The women of the Supreme Court are the subjects of a new painting unveiled at the Smithsonian's National Portrait Gallery in Washington, D.C. on Monday.
Justice Elena Kagan said officials have shown “quite clearly that no other policy will prevent sickness and death to anywhere like the degree that this one will.”
Kagan accused her conservative colleagues of doing Congress' work for them, saying "this Court has no right to remake" a key section of the Voting Rights Act.
The case comes as Republicans in some states are pursuing new restrictions after Trump made false claims of widespread voter fraud.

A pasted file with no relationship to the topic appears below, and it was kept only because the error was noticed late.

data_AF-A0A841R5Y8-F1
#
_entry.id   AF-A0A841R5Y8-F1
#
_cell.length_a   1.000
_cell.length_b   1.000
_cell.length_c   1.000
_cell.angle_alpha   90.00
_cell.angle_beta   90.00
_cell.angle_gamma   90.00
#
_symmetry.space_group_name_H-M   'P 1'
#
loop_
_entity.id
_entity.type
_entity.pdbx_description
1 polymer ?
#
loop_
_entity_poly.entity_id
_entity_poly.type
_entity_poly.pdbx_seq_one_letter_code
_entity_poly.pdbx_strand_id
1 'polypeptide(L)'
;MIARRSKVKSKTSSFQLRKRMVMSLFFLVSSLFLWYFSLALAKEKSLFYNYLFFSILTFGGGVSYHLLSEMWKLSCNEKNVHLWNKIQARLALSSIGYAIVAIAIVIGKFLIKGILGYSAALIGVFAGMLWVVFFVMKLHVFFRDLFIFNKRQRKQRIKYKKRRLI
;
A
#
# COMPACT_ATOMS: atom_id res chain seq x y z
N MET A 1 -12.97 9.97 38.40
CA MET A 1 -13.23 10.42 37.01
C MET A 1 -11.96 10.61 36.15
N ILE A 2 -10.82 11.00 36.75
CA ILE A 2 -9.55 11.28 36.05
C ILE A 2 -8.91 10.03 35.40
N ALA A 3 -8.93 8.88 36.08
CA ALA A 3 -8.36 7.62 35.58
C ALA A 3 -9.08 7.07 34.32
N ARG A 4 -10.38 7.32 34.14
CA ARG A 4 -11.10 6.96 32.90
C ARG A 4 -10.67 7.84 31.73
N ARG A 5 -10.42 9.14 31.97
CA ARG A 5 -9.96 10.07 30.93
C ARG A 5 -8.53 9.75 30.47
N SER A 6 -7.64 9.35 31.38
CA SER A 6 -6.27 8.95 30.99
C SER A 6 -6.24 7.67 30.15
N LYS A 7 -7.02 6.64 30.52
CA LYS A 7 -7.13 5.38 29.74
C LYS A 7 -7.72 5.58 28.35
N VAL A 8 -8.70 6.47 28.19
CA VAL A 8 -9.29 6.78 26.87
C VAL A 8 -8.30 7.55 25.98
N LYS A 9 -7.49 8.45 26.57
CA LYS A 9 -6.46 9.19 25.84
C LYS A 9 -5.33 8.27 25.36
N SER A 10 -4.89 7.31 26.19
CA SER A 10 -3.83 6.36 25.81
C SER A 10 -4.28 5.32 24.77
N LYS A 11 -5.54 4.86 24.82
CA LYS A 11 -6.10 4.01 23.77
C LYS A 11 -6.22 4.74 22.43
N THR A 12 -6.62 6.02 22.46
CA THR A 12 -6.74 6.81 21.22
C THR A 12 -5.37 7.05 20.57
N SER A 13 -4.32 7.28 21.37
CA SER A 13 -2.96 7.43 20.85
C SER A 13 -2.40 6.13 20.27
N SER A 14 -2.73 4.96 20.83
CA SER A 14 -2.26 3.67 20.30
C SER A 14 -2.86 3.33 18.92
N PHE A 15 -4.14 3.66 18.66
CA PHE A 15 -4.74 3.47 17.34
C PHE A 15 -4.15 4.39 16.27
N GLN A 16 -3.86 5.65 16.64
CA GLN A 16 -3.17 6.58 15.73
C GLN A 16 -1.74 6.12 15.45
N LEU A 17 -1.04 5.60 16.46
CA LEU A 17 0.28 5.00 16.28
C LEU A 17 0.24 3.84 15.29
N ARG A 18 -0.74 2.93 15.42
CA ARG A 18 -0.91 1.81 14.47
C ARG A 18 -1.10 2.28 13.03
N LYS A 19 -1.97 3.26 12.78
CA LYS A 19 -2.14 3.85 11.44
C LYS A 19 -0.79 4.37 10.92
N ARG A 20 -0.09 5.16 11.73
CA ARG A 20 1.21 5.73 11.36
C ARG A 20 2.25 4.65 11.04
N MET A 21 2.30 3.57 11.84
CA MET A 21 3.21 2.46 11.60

The liberal justices dissented as the Supreme Court ruled against extending Wisconsin’s deadline to count mailed-in ballots received after Election Day.
Judge Amy Coney Barrett would replace Justice Ruth Bader Ginsburg, who is best-known for fighting for women’s rights and equality.
"Ask yourself one simple question: Is this how American democracy is supposed to work?" the Supreme Court justice said in June.
Attendees at Monday's casket-viewing praised the late Supreme Court justice as a "brilliant man" who was devoted to the rule of law.
Kagan dissented strongly in the June 27 case and said Thursday she was writing for the future.
In a blistering dissent read from the bench, the Supreme Court justice said extreme gerrymandering could render elections "meaningless."